Exploring NLP 04 -Minimum Edit Distance 2/4

In the previous article we looked in to what ‘Levenshtein distance‘ is and an example use case. We saw that when the word we are transforming has small number of letters it is easy to find the minimum edit distance, but as the number of letters in the word increases it is difficult to be sure that we have found the ‘minimum’. So we will be discussing a method that will make sure that we end up with the value for minimum edit distance.

We will take the following example.

 five four

From one glance we can see that we need minimum 3 operations to transform five to four (3 replace operations). Lets see how this new method would give that answer. First we have to make a grid like follows. Columns will have the word before transformation and the rows will have the word after transformation. The ‘ε‘  (epsilon) denotes an empty string.

 ε f i v e ε f o u r

We start from the top and we fill the cells. We read the grid from top to left. For example, to fill the first cell we have to think ‘how many operations does it take to convert an empty string (ε) to an empty string (ε) ?’ The answer is zero. So we put 0 there.

 ε f i v e ε 0 f o u r

Next, to fill the second cell we have to think ‘how many operations does it take to convert a ‘f’ to an empty string (ε) ?’ The answer is 1 (delete ‘f’). So we put 1 there.

 ε f i v e ε 0 1 f o u r

Next to fill the third cell we have to think ‘how many operations does it take to convert ‘fi’ to an empty string (ε) ?’ The answer is 2 (delete ‘f’, delete ‘i’). So we put 2 there.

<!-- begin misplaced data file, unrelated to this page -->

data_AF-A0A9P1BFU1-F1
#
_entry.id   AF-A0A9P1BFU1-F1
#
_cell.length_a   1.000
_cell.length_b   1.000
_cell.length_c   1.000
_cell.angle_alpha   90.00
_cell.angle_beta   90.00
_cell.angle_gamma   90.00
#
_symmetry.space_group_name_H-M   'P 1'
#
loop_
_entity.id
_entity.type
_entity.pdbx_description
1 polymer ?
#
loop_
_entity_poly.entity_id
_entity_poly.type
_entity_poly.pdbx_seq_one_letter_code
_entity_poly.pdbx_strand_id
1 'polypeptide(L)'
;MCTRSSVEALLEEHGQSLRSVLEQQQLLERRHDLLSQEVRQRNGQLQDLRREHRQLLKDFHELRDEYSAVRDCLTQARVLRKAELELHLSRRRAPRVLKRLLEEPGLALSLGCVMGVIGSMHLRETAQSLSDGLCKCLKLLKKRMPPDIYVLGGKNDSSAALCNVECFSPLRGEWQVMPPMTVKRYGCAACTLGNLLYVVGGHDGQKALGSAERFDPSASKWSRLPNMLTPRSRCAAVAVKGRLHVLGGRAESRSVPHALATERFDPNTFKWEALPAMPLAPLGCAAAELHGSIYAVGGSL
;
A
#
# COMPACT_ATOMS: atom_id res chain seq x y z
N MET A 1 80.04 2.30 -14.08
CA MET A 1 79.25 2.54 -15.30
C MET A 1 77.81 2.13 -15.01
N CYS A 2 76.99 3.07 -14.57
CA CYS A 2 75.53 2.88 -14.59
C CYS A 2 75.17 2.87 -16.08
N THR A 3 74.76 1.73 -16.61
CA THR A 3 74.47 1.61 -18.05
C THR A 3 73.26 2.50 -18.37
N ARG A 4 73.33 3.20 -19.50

ε f i v e ε 0 1 2 f o u r

We can fill the first row in a similar manner and then we get the following.

 ε f i v e ε 0 1 2 3 4 f o u r

Next to fill the first cell in the second row we have to think ‘how many operations does it take to convert an empty string ‘ε‘ to ‘f’ ?’ The answer is 1 (add ‘f’). So we put 1 there.

 ε f i v e ε 0 1 2 3 4 f 1 o u r

Next to fill the second cell in the second row we have to think ‘how many operations does it take to convert ‘f’ to ‘f’ ?’ The answer is 0. So we put 0 there.

 ε f i v e ε 0 1 2 3 4 f 1 0 o u r

similarly we can keep on going filling.

 ε f i v e ε 0 1 2 3 4 f 1 0 1 2 3 o 2 1 1 x u r

One more example, so how do we fill the above ‘x’ ?  We have to think ‘how many operations does it take to convert ‘fiv’ to ‘fo’ ?’ The answer is 2 (replace ‘i’ with ‘o’. delete ‘v’). So we put 2 there.

 ε f i v e ε 0 1 2 3 4 f 1 0 1 2 3 o 2 1 1 2 u r

Finally we end up with something like this.

 ε f i v e ε 0 1 2 3 4 f 1 0 1 2 3 o 2 1 1 2 3 u 3 2 2 2 3 r 4 3 3 3 3

The ‘Minimum Edit Distance’ (Levenshtein distance) is the value of the last cell.

So we get the same answer 3. For the example I took a small word, but when dealing with longer words this grid method is much useful in making sure we got the minimum number of operations.

Okay so we now know the grid method, but it takes time right ? What if there is a cheat method? a short cut to fill this table ? There is. We will look in to it in the next part, and we will finish up with the python code for this calculation in the article after that.

Exploring NLP 05 – Minimum Edit Distance 3/4